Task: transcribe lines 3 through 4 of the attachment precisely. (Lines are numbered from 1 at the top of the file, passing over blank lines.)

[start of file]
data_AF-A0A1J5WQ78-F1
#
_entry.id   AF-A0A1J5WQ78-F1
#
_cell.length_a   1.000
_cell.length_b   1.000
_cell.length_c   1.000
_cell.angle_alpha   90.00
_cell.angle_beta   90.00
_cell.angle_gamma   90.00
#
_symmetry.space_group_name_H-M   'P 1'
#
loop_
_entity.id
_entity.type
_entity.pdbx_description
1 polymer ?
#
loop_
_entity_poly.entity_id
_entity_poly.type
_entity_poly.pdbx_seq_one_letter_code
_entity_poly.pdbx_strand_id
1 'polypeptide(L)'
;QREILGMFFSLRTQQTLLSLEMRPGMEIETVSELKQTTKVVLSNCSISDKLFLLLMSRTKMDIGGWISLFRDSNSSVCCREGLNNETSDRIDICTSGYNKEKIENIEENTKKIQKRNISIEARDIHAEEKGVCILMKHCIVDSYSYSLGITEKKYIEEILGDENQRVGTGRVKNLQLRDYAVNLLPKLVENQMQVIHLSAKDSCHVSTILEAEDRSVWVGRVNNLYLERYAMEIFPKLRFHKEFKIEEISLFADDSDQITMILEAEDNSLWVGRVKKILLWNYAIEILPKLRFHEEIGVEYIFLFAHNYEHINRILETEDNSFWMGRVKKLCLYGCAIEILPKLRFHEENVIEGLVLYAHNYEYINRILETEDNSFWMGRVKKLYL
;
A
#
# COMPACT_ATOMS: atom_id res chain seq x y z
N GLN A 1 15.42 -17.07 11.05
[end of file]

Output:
_entry.id   AF-A0A1J5WQ78-F1
#